Navigating and managing our children’s screen time is part and parcel of being a Millennial parent. Some studies say that screen time is bad and should strictly be monitored. Other studies say that it’s okay and is inevitable given the way things are going, especially post-pandemic.
Regardless of where you stand, most parents worry about how much time their children spend in front of screens—for leisure or educational purposes. While screen time has its benefits, we also recognize the importance of engaging children in non-screen activities.
We know this, and we also know that getting our children off screens and do something else is also challenging.
Why are transitions to off-screen activities hard?
Technology transitions refer to parents and carers’ getting children off screens. And just like other transitions parents have to go through the day with their kids, including stopping play to get ready for bed, or finishing their breakfast to get ready for school, it can be tricky to manage as these involve self-regulation skills–something kids learn and develop as they grow up.
Technology transitions can prove to be doubly challenging for children and their guardians. Since apart from kids possibly doing it more than once a day, devices and all related apps and activities are highly engaging, having been built with the purpose of entertaining its users both young and old.
So how can parents facilitate technology transitions while also minimizing “tech tantrums”?
A study has identified three effective ways parents can help their children transition to off screen activities. In this study, 14 parents were provided with strategies over 12 weeks to support technology transitions. Here are strategies parents in the study found to be most effective:
Prepare your kids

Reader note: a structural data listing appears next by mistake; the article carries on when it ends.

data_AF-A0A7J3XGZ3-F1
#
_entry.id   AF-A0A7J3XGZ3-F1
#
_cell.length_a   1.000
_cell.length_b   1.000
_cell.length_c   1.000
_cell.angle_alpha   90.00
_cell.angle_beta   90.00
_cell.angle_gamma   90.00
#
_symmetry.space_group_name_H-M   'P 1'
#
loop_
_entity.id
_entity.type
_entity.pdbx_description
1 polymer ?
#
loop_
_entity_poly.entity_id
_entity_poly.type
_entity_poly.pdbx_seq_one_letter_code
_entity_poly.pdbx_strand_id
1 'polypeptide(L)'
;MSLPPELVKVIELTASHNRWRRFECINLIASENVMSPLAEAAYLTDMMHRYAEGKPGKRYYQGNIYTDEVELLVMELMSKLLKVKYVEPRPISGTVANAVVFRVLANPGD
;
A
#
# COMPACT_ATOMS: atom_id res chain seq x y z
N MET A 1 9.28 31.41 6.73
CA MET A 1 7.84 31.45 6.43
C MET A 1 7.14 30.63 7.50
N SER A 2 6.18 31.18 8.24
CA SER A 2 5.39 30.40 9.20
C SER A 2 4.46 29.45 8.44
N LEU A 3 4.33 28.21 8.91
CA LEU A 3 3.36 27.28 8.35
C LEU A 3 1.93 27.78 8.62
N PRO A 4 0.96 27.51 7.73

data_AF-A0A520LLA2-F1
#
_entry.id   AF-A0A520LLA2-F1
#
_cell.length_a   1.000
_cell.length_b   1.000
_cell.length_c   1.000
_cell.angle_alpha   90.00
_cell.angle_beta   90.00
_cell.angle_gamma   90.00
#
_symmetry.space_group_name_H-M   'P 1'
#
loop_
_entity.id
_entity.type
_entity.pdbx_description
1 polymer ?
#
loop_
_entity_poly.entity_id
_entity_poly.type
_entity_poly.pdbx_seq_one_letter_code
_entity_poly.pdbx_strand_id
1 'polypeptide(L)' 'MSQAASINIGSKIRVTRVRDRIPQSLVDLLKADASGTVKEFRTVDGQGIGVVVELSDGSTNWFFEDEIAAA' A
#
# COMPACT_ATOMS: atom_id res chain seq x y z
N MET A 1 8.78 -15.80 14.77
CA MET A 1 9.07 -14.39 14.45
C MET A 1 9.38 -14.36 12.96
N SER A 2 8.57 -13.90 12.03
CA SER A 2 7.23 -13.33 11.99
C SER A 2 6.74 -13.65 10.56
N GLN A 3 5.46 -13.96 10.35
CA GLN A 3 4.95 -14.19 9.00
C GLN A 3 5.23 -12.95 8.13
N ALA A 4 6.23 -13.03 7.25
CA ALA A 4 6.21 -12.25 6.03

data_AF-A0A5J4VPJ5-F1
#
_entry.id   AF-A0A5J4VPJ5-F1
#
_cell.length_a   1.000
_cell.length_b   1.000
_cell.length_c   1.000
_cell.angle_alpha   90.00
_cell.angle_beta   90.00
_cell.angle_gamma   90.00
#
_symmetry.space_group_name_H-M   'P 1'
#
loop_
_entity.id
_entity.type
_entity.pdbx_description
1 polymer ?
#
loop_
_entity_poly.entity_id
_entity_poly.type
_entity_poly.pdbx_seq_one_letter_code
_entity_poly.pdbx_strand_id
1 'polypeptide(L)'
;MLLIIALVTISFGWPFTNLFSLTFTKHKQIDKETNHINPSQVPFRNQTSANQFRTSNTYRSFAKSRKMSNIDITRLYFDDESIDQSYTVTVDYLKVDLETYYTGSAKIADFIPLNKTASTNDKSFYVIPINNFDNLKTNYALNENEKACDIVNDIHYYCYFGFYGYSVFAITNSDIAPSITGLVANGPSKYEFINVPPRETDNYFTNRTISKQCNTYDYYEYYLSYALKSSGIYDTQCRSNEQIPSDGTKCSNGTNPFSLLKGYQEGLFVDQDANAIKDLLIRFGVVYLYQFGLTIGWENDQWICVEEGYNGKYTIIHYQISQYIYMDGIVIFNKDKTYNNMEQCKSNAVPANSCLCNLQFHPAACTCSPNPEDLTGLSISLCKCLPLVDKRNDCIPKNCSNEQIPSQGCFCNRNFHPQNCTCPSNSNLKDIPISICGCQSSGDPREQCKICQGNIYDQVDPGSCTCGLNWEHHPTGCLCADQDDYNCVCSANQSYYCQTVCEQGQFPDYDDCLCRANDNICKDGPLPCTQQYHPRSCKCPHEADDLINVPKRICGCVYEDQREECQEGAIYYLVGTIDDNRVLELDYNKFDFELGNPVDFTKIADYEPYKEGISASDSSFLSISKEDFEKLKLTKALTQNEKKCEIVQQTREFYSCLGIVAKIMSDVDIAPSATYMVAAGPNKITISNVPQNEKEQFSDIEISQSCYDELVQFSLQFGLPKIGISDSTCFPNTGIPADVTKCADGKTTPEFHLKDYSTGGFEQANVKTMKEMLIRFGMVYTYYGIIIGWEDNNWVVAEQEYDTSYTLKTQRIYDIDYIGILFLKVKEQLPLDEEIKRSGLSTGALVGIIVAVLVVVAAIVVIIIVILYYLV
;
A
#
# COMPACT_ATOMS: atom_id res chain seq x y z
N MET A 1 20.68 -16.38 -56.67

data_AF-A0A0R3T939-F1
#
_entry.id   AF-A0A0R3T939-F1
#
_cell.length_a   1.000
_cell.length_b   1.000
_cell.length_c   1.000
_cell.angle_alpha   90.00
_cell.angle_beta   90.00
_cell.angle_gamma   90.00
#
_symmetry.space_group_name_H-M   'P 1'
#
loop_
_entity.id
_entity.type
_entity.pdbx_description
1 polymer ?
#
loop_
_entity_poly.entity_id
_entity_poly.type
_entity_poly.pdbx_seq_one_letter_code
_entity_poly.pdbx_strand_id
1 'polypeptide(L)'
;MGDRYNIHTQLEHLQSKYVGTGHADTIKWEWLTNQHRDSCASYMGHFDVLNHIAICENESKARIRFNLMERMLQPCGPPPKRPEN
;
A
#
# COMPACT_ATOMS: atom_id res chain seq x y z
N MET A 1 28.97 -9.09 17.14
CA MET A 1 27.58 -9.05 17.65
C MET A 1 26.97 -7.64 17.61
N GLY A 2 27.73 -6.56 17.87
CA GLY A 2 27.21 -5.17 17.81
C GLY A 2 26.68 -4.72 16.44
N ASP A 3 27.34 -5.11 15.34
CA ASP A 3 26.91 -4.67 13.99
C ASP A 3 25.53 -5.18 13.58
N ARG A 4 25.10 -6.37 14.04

In the same way that abrupt interruptions or change in routine can frustrate adults, sudden screen-time cutoffs can trigger tantrums in children. So you can prevent this by setting clear expectations and preparing your children beforehand. Communicate with your child about when their screen time will end, using phrases like “You can watch two episodes of this show,” or “We’ll stop when this game is finished.” Providing a heads-up about the upcoming activity, whether it’s mealtime or outdoor play, helps ease the transition. Remember, clarity and predictability are key to reducing resistance.
Engage in real-life activities inspired by screens
Leverage your child’s interests in screen content to transition them into non-digital activities seamlessly. For example, if your child enjoys watching Bluey, suggest doing Bluey-themed puzzles or games. Other families in the study transitioned from screens by engaging in similar-themed activities, such as visiting a firehouse after watching a show about firefighters. Additionally, incorporating music from their favorite shows or playing familiar tunes while they’re doing other activities can make the transition smoother and more enjoyable.
Empower your kids with choice
Allowing your children to make choices empowers them and gives them a sense of control over their screen time. Simple choices, such as deciding the number of episodes to watch or setting a timer for their game, can foster independence and teach responsible screen-time management. Remember, while certain aspects of their lives are non-negotiable, offering choices within reasonable boundaries promotes healthy decision-making skills.
Turning off our child’s iPad or TV doesn’t have to be a battle. By trying out these strategies, parents can facilitate smoother transitions, reduce tech tantrums, and encourage a healthier balance between screen time and offline activities. Remember, you are not alone in this journey, and with patience and consistency, you can help your child develop lifelong habits for responsible technology use.